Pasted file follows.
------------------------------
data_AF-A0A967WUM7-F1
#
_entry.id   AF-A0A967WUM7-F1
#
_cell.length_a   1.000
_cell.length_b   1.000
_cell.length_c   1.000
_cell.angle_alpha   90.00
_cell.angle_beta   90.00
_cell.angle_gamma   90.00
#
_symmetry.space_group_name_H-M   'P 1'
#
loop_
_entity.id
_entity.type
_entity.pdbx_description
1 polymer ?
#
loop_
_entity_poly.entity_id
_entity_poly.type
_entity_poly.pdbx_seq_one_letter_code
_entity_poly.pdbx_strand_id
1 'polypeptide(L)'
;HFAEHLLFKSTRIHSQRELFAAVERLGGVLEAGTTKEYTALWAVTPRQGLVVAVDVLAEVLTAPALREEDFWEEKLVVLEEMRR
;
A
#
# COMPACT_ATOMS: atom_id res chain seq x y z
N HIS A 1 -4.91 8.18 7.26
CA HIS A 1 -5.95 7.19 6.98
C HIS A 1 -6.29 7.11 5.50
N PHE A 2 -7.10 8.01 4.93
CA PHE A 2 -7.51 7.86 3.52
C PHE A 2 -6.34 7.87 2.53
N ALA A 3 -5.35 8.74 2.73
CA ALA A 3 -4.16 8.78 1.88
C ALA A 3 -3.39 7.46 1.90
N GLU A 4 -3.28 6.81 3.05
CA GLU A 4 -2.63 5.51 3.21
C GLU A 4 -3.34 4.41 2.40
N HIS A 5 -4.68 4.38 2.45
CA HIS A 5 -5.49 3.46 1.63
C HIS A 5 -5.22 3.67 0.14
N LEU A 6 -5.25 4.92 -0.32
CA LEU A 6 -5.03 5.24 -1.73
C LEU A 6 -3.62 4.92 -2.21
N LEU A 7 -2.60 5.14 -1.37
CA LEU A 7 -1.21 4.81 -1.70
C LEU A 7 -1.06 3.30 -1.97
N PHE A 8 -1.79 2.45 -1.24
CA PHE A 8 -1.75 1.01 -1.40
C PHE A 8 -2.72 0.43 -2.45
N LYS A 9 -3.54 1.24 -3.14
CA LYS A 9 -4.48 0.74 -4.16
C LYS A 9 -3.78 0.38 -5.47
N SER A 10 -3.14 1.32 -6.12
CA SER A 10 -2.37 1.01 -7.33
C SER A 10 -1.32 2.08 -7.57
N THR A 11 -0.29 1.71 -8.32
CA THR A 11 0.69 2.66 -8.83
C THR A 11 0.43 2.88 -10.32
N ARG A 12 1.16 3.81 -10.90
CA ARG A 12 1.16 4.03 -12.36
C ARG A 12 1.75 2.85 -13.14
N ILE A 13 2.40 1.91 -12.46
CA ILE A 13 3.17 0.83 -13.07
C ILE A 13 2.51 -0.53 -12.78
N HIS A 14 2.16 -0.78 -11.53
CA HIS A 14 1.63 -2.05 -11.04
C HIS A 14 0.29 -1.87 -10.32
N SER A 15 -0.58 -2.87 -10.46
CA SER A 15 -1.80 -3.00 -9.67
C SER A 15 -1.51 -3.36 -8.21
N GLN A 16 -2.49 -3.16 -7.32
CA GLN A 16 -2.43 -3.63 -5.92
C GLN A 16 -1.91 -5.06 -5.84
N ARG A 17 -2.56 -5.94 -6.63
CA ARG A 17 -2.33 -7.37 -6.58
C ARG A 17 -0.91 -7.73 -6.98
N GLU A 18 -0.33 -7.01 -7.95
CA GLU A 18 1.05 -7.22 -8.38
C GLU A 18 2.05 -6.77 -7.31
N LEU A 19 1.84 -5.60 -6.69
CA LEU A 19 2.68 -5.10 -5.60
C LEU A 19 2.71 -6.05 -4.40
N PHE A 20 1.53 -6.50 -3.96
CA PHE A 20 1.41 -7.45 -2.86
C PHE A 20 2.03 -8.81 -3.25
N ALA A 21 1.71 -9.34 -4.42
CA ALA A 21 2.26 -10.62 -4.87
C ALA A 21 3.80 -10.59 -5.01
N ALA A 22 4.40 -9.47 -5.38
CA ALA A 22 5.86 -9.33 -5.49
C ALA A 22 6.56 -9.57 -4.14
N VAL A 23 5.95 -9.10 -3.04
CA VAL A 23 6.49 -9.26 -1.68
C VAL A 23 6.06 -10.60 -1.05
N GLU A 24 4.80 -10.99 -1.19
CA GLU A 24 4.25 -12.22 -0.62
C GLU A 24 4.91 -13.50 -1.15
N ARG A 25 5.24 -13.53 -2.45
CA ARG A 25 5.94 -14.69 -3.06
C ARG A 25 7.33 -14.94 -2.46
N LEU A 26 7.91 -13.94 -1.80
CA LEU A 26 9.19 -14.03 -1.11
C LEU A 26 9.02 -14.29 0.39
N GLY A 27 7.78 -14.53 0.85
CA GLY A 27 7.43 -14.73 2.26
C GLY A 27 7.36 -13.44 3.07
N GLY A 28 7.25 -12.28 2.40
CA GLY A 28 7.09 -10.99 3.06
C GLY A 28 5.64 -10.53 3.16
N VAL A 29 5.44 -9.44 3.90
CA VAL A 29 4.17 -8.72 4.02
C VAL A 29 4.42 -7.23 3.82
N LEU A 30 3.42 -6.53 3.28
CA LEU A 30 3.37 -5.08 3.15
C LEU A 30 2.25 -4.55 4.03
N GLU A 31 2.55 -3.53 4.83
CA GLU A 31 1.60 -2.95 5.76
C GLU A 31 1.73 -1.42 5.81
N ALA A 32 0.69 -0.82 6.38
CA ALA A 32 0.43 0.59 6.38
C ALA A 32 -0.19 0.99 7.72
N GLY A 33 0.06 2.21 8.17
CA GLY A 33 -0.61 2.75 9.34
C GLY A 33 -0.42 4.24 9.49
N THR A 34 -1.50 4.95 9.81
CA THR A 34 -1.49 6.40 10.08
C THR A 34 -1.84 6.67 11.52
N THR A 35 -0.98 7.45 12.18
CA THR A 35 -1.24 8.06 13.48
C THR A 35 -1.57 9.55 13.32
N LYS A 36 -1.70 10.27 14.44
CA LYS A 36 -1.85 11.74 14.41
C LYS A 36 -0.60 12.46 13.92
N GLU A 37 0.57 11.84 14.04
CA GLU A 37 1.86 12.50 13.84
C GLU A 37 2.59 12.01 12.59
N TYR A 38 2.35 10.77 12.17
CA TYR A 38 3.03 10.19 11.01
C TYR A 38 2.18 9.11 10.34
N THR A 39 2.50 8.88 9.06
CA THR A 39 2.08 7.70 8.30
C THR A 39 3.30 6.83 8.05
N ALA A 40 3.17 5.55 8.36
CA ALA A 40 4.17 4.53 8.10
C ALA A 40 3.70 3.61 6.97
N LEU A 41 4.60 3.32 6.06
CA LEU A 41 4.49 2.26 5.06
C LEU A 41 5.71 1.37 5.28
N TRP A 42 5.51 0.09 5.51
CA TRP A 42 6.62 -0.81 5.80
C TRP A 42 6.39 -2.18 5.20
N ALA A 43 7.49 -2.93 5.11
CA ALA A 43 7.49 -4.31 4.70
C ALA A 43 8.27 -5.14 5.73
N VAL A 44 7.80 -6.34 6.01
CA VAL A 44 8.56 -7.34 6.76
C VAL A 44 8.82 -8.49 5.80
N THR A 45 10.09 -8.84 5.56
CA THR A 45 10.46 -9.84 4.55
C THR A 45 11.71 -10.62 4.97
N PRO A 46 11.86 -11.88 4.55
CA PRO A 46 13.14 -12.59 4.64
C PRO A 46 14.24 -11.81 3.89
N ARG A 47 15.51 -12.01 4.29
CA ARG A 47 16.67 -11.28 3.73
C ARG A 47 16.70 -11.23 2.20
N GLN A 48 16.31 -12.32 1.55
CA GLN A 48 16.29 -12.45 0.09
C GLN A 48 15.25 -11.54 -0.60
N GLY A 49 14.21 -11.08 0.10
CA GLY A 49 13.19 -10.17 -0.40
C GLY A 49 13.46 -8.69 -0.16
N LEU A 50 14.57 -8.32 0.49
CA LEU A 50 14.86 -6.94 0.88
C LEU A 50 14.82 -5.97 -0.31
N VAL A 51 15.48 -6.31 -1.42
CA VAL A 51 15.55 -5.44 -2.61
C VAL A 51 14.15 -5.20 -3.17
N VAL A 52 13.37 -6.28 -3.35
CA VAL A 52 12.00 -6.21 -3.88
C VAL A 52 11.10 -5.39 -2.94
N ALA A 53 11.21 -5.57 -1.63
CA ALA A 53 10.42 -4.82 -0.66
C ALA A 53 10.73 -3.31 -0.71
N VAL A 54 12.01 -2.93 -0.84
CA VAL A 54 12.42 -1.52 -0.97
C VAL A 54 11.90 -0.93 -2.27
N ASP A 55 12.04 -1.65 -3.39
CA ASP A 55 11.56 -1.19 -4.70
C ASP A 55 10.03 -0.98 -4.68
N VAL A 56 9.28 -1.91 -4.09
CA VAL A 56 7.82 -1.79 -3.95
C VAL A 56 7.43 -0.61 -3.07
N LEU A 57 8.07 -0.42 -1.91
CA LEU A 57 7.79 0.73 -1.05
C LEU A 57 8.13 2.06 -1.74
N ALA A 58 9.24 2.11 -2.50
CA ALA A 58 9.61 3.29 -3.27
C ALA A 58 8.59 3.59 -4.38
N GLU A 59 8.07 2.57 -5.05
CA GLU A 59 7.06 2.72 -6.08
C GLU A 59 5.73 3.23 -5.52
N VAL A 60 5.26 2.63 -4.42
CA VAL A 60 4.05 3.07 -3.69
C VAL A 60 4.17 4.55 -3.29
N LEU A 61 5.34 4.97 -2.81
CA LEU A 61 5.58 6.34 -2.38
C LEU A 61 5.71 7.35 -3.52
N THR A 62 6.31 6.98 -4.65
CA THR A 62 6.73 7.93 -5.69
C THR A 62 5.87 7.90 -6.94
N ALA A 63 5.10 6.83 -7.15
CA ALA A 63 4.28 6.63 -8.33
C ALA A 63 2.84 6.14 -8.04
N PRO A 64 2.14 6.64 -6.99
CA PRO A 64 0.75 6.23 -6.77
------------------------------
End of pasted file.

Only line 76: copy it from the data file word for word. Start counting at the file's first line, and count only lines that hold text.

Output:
N GLN A 16 -2.49 -3.16 -7.32